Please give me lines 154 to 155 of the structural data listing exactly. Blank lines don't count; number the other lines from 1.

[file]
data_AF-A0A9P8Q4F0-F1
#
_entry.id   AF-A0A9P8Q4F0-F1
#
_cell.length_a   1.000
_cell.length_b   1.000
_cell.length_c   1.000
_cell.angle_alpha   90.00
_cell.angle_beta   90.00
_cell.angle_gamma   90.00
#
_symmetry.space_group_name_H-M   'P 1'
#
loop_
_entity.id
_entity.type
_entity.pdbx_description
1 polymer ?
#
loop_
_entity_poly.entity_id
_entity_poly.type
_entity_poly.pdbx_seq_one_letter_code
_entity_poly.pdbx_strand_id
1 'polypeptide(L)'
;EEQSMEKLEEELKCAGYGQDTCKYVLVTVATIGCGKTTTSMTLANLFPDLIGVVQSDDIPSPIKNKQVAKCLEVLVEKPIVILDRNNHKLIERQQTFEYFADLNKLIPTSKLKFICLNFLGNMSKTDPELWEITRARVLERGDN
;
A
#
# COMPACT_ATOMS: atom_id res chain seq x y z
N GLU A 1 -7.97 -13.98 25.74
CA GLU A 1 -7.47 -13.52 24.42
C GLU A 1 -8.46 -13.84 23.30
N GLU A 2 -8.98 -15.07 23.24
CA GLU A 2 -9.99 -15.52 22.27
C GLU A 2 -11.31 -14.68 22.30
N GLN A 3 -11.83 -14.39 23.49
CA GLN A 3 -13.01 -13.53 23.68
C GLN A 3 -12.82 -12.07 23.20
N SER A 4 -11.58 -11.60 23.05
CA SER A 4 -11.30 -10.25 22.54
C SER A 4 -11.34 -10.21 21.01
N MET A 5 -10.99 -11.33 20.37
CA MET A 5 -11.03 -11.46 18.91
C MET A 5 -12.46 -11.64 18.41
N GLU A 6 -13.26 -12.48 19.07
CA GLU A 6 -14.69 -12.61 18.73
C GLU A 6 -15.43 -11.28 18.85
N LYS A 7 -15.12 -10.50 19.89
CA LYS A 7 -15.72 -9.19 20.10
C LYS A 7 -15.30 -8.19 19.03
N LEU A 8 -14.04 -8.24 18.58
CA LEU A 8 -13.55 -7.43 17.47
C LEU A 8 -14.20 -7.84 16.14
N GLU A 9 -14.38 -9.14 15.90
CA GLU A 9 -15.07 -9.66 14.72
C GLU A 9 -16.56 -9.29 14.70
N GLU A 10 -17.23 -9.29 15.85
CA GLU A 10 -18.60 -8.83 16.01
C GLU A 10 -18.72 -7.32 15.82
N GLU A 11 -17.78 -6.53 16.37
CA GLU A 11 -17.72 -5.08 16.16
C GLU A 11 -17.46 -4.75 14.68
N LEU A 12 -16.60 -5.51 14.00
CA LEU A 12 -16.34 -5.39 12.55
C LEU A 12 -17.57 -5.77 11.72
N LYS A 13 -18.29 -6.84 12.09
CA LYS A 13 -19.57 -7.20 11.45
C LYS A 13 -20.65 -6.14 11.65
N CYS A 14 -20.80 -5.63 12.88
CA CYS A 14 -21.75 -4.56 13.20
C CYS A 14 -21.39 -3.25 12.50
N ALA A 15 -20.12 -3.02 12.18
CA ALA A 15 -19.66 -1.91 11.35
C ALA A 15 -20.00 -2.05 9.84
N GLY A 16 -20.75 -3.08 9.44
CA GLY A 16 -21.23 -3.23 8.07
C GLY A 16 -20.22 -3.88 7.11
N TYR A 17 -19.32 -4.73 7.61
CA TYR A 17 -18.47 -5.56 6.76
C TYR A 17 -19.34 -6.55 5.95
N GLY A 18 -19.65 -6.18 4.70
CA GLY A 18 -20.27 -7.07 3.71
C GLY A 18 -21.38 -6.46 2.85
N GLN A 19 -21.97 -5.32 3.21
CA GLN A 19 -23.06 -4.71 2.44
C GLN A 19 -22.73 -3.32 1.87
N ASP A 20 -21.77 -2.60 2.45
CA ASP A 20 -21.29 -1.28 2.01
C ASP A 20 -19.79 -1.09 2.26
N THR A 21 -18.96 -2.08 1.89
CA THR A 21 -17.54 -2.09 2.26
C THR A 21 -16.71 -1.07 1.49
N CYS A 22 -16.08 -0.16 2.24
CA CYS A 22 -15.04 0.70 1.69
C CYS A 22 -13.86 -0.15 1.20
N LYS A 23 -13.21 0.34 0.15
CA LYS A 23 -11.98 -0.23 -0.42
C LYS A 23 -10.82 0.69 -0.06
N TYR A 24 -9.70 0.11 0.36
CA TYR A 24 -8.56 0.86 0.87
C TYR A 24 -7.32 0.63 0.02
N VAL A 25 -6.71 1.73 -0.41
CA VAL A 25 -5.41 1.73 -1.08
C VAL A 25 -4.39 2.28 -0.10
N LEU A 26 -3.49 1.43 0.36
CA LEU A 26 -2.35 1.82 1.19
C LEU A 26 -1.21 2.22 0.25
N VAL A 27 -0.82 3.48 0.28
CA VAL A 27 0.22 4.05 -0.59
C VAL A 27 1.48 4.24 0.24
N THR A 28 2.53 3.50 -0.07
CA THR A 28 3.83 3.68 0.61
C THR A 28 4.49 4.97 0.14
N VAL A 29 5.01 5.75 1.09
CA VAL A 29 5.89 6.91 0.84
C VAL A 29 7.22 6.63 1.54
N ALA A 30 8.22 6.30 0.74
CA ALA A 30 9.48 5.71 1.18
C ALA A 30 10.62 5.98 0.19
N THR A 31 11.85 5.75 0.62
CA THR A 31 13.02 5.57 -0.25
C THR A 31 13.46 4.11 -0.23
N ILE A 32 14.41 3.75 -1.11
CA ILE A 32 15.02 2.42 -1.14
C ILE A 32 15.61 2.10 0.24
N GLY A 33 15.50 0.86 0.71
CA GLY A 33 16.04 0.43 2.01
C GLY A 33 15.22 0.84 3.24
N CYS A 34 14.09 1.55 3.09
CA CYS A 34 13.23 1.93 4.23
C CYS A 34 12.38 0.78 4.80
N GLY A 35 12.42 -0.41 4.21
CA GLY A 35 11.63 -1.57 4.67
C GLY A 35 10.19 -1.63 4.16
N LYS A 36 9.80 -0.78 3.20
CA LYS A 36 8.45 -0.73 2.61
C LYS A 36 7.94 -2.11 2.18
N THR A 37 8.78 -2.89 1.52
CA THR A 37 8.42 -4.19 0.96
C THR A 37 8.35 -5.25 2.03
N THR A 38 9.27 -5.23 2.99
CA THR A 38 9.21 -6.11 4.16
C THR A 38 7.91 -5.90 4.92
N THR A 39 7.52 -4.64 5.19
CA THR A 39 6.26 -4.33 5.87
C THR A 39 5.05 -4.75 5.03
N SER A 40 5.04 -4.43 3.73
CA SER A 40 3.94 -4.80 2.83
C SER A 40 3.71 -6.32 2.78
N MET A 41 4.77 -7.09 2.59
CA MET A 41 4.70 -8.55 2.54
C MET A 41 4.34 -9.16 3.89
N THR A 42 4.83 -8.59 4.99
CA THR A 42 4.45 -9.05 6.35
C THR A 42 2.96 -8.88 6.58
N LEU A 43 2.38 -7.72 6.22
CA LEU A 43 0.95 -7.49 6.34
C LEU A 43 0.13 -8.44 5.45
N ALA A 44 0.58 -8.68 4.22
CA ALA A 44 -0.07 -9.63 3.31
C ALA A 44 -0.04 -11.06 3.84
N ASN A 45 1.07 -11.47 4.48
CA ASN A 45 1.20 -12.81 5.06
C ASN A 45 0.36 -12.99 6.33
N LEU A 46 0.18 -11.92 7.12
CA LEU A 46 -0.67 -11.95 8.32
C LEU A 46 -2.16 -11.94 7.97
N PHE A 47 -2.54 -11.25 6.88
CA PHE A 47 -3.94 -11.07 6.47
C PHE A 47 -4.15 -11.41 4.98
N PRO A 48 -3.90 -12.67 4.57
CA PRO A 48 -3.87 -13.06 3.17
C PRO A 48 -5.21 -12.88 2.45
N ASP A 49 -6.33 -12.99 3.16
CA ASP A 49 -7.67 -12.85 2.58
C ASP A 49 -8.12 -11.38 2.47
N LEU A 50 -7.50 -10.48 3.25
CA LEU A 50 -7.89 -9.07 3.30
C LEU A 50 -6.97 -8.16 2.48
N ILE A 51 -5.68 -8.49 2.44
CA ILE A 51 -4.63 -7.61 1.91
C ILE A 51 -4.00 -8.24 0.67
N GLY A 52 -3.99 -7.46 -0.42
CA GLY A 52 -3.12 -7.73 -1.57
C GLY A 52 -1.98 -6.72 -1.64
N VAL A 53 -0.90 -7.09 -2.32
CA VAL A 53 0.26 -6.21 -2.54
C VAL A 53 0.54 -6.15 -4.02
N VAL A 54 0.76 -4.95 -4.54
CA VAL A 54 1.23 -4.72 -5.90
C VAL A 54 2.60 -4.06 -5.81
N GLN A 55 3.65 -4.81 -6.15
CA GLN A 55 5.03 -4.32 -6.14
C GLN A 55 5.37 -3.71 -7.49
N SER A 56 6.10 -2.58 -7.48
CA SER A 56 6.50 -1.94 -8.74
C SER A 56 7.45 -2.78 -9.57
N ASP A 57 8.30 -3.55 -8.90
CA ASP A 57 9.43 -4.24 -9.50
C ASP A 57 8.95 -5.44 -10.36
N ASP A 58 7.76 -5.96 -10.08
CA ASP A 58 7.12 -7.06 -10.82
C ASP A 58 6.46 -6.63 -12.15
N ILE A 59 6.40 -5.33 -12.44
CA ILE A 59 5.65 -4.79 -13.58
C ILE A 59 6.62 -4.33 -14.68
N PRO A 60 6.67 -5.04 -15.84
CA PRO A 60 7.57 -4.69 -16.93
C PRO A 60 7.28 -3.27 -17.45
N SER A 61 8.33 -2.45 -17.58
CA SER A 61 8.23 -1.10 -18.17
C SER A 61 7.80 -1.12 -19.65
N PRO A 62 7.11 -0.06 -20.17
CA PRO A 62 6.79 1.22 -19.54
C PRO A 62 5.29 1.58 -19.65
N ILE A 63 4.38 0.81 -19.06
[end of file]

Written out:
N THR A 42 4.83 -8.59 4.99
CA THR A 42 4.45 -9.05 6.35